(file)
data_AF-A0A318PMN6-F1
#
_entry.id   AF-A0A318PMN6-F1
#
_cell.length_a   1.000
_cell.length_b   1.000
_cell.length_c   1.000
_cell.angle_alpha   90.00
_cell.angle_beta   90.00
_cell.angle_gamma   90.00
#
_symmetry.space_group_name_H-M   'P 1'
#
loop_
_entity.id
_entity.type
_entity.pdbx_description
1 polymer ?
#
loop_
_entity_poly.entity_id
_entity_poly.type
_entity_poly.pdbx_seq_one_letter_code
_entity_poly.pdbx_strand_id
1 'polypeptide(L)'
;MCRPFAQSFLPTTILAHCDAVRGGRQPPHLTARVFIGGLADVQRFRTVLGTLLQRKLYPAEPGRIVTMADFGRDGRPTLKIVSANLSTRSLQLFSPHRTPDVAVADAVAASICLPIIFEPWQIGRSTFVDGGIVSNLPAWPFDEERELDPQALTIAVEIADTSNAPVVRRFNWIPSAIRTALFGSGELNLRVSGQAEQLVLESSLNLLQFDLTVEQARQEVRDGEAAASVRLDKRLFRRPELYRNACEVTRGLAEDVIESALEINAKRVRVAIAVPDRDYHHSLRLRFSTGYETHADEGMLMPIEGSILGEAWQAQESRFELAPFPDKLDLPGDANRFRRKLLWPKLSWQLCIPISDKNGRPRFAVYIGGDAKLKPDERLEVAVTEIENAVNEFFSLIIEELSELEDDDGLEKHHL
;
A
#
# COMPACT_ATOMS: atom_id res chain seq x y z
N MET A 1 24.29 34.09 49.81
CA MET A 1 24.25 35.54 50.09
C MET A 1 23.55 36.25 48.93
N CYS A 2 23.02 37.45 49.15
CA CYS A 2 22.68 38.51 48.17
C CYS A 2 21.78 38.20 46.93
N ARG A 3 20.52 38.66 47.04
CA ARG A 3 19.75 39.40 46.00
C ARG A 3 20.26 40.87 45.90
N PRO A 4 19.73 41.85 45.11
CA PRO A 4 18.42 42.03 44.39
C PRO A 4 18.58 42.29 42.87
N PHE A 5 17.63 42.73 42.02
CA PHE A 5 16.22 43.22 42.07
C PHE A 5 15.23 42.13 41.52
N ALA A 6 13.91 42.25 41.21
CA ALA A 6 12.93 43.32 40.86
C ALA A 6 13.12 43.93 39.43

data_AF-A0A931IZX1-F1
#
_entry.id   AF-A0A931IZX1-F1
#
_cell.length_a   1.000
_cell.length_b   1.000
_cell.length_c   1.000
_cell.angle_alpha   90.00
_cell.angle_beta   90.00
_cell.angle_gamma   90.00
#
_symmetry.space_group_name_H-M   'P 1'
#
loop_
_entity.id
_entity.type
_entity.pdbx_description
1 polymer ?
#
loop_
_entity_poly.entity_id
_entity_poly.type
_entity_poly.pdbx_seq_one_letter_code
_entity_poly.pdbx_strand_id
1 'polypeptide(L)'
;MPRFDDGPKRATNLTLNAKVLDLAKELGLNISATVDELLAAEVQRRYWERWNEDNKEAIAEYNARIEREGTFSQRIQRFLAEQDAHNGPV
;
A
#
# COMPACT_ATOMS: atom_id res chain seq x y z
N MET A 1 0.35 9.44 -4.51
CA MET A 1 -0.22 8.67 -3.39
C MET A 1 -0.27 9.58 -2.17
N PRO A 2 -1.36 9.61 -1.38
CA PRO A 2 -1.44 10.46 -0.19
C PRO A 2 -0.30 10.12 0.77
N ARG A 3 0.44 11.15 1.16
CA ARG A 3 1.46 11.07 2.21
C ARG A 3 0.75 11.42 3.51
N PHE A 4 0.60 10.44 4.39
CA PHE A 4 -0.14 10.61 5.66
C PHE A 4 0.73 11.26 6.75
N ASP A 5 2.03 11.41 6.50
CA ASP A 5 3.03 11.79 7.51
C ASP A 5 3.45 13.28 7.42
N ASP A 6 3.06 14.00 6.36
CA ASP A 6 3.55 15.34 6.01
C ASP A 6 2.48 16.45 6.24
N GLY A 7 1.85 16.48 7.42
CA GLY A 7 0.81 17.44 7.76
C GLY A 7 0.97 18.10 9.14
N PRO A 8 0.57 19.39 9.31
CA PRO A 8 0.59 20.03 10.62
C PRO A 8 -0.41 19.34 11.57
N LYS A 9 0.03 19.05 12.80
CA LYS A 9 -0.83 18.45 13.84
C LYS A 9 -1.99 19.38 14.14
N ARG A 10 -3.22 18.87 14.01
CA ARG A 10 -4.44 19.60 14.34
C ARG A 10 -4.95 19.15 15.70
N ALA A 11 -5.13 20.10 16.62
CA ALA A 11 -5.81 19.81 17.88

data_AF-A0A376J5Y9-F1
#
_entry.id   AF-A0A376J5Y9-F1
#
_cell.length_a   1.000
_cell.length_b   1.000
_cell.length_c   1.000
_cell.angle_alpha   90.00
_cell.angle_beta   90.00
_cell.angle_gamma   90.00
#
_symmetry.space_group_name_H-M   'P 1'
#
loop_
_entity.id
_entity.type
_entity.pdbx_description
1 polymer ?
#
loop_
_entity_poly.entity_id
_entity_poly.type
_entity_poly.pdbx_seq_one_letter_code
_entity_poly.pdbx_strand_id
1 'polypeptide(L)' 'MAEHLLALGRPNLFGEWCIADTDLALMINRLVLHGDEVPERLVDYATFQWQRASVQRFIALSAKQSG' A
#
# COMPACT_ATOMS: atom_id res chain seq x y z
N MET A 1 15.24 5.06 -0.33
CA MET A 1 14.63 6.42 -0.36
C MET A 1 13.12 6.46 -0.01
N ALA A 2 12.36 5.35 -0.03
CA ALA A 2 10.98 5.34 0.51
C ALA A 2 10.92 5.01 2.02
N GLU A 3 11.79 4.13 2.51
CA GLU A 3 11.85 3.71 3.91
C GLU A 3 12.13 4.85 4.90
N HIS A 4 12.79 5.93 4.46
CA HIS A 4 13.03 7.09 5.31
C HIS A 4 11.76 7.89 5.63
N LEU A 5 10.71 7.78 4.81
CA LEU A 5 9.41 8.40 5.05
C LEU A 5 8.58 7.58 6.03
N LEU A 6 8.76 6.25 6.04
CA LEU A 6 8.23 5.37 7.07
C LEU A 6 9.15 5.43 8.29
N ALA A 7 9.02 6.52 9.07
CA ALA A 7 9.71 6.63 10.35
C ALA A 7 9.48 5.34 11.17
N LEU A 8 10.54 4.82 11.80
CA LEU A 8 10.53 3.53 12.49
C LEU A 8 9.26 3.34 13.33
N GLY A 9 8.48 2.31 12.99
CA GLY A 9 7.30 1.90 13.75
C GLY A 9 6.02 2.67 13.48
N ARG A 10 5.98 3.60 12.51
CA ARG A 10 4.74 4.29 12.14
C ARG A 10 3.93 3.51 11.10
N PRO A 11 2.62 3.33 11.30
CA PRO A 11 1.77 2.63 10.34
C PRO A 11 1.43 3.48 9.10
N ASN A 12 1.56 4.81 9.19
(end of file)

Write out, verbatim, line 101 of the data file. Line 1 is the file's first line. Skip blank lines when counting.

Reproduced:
CA PRO A 8 0.59 20.03 10.62